200 – Horses in Fiction

The Mythcreant Podcast
Everyone knows that the chosen one must have a chosen horse, a beast so noble and strong of will that no other warrior can ride it. Or maybe not? It turns out that horses are complicated animals, and they don’t always go along with human plans. Fortunately, we have special guest Kathy Ferguson here to talk horse-shop with us today. We’ll look at some common misconceptions about horses, what it’s like to train a horse, using horses in battle, and of course, elephants. For some reason.

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Opening and closing theme: The Princess Who Saved Herself by Jonathan Coulton. Used with permission.

Show Notes:

Monty Python and the Holy Grail


Horse Gait

War Horse

Black Beauty

The Black Stallion

The Nutcracker and the Four Realms

My Friend Flicka


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  1. Lizard with Hat

    I read “Heroes in Fiction” and was excited about the podcast – than I saw it was about “Horses in Fiction” and it’s even more interesting now

    • Oren Ashkenazi

      We dream of a day when the horse *can* be the the hero. Other than in Tangled, that is.

      • Lizard with Hat

        Would “My little Pony: Friendship is Magic” count? I know ponies aren’t horses but still equine – and the ponies are more of than not portrait as equine beings.

        An unrelated question: What are the asterisks in –> *can* for? What’s does that mean?

        • Oren Ashkenazi

          MLP is certainly about horses, though they’re heavily anthropomorphized horses, so your mileage may vary. The asterisks are just a way of creating emphasis in a text format where italics or bold font is a pain.

          • Lizard with Hat

            Ah, I see thanks for the explanation

            I would add though that the MLP-Ponies, while anthropomorphic, they are to a far lesser degree than other fantasy animals, which are basically humans in animal form. The ponies, at least in MLP:FiM are often very horselike in their behavior, but yes it is somewhat inconsistent.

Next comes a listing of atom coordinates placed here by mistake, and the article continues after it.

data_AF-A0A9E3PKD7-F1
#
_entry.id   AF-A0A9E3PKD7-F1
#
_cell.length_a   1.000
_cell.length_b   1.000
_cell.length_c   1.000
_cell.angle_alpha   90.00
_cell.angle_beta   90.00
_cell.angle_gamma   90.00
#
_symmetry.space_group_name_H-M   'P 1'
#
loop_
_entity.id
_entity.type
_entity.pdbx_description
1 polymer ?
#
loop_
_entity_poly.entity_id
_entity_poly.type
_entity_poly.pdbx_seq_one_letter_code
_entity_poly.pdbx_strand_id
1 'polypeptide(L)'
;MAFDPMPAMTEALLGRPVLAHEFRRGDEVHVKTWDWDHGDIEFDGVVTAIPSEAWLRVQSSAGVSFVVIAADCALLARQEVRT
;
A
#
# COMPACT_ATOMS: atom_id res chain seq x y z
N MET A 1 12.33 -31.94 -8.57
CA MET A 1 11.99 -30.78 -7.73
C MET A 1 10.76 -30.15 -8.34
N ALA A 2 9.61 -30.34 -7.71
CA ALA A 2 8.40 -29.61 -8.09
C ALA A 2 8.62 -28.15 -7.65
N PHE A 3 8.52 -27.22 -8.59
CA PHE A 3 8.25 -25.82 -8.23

…but admittedly the Twilight Sparkle and Company look like Dogs with Cat-Ears (without mane and tail, that is)
            And yes, the horse form Tangled was awesome (the cute chameleon too )

  2. Fay Onyx

    I really loved this episode! Great information presented in a clear way.

    I once went to a panel about Horses in Fiction that was supposed to teach us about things people get wrong in representing horses, but it wasn’t very good and I left it barely more informed than I was when I started it (I think they spent most of the time answering specific audience questions, rather than giving a proper overview of the subject). This episode was everything that panel was supposed to be and wasn’t. Thank you!

  3. Peter Molnár

    One great non-fiction book on the social, economic and military history and significance of horses from my neck of the woods is Kôň a človek v stredoveku (“Horse and Man in the Middle Ages”) by Slovak historian and non-fiction author Daniela Dvořáková. The first edition came out in 2007, and I just so happen to own it. While there is other good non-fiction on the historical usage and treatment of horses, this is still one of the best and most comprehensive books on the subject I’ve come across. It’s not a super-thick tome, but still quite a thick and very readable piece of non-fiction, and very, very detailed. Pity there’s no English translation yet, as far as I can tell. I think it could be a really useful read even for international audiences.

  4. Sonia

    Books that show horses realistically (including the “taming an untameable horse” trope) are the Hurog books by Patricia Briggs.

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